What disruptive forces threaten the creative industry?

Automation, as it is for every industry, is similarly a threat for the creative industry. As algorithms become more capable of designing everything using our data, exemplars and parameters, they will necessarily threaten those whose job it has always been to think creatively.

What creative roles will be most in demand?

I haven’t seen these job titles yet, but here’s some of what I anticipate:

— automation experience designer
human-machine persona designer
augmented reality designer
metaverse UX designer
real-time 3D designer
neural virtual experience designer
wearables (tattooables, injectables, earables) designer
avatar designer
human tissue and organ designer
drone experience designer
gesture control designer
— chief experience officer
chief design officer

From your vantage point, what technical and soft skills will creative managers be looking for in new employees or hoping to develop in current staff? Do you see creative professionals of the future having to broaden their skill set to become “hybrid professionals” in order to remain marketable?

This is a question that comes up in every profession, and it doesn’t have a clear answer. In journalism, many are asking whether or not reporters should also know how to write code. Should lawyers have a deep understanding of metadata? Should graphic designers be expected to know JavaScript? Very few people are professional polymaths.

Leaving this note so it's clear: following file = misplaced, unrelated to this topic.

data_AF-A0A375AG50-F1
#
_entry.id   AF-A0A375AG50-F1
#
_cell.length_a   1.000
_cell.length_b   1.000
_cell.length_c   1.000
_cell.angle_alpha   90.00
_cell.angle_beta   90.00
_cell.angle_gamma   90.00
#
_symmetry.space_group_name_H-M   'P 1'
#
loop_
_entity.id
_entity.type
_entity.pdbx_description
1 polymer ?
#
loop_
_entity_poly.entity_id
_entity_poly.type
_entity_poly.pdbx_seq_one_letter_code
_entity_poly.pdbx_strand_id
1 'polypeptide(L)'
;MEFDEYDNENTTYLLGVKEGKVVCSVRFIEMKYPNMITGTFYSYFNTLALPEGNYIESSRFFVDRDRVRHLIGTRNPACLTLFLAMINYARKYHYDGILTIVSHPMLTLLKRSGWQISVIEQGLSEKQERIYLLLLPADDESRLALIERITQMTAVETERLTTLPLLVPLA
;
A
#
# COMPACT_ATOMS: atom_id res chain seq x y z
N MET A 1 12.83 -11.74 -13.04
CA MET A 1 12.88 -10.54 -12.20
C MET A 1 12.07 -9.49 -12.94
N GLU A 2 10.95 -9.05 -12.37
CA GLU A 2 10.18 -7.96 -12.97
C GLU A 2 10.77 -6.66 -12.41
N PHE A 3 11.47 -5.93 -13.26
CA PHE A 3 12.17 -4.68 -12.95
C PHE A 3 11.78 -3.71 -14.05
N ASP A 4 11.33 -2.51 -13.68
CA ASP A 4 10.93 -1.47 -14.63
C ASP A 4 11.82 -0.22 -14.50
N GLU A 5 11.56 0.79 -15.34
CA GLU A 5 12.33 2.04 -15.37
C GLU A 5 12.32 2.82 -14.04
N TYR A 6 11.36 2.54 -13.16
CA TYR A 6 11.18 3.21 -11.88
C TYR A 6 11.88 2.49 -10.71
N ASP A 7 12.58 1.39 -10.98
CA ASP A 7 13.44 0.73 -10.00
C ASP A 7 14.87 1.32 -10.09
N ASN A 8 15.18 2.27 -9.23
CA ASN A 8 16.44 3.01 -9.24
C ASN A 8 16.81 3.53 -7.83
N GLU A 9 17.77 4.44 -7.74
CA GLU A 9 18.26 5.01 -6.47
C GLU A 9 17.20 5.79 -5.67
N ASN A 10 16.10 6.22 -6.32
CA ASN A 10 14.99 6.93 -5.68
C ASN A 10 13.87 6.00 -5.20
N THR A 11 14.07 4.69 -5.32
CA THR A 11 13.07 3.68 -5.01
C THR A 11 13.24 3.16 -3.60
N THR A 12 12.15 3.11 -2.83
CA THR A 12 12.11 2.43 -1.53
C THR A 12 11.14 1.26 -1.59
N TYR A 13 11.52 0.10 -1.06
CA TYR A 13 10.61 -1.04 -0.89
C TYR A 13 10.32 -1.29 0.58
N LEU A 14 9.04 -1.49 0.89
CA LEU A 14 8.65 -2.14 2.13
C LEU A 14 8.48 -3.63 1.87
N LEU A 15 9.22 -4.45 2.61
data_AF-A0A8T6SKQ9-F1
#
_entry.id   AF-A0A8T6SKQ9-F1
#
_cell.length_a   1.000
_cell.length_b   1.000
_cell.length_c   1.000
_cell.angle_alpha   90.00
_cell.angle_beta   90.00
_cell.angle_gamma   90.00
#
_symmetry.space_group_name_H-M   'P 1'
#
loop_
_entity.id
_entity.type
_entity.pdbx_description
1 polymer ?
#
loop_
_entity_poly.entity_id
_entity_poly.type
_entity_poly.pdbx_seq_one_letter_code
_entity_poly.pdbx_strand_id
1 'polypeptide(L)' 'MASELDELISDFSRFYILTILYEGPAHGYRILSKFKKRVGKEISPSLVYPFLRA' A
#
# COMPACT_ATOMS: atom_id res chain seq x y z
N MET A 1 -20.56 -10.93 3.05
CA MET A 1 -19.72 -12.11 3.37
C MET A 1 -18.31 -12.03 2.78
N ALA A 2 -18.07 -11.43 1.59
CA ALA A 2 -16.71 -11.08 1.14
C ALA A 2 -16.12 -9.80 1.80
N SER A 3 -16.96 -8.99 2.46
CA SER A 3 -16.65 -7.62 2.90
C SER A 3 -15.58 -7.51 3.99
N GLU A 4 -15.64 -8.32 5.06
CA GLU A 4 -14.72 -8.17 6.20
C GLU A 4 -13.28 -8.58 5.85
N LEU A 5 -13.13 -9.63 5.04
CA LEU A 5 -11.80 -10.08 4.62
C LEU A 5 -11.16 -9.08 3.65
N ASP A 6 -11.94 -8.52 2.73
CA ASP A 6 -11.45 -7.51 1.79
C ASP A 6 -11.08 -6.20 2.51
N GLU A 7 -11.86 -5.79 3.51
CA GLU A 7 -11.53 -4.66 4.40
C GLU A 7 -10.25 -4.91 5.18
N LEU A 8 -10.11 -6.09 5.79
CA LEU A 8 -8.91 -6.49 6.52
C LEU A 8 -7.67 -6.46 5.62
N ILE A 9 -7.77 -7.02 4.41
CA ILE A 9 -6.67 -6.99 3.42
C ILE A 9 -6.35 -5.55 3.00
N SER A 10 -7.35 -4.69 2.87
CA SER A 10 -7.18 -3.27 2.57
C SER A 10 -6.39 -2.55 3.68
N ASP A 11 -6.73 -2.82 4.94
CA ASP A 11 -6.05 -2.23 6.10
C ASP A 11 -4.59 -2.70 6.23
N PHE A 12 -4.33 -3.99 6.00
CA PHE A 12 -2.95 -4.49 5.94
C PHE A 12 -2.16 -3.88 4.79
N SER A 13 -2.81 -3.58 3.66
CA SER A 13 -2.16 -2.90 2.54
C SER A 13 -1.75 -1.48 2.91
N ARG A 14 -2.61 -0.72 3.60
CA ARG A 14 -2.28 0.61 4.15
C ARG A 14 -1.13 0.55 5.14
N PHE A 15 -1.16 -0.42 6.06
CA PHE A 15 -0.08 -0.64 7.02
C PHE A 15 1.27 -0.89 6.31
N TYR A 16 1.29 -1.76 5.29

Developing a strong set of design skills isn’t necessarily at odds with being a solid coder, but design and code are two different disciplines that take time to master. My assumption is that managers will prefer applicants who can do both.

Here’s good advice for everyone: While you don’t need to master HTML5, for example, it would be wise for everyone in the creative field to have enough knowledge of the technical lexicon to be able to have an informed conversation. Technology will continue to intersect with design. Those in creative fields need to be conversant in both design and technology, even if they aren’t experts.

Before launching Rap. in November 2014, I ran Marc Kandalaft Design for 15 years, building brand identities for companies in Europe, North-America, and the Middle-East. Rap. represents what I’ve become and what I’ve learnt from a long series of successes and failures: . Accomplishment starts with love. . Simplicity is never simple: it’s complexity reorganized. And it’s powerful. . No matter what we do or create, there’s always a human involved in the end. . Modernity, for us, is not always progress. . True innovation begins with us taking a step back. . The strongest and the most intelligent among us will fail, if we resist change. . Even our own beliefs might change, smile. I take pride in capturing the essence - the who and the why - behind each brand, be it a company, a product, or an artist. I manage small and large teams of specialists in strategy, design, content, technology, and architecture to bring brands to - and in - life with effective and meaningful experiences. I collaborate with people who demonstrate purpose and vision and who are genuine in their endeavors.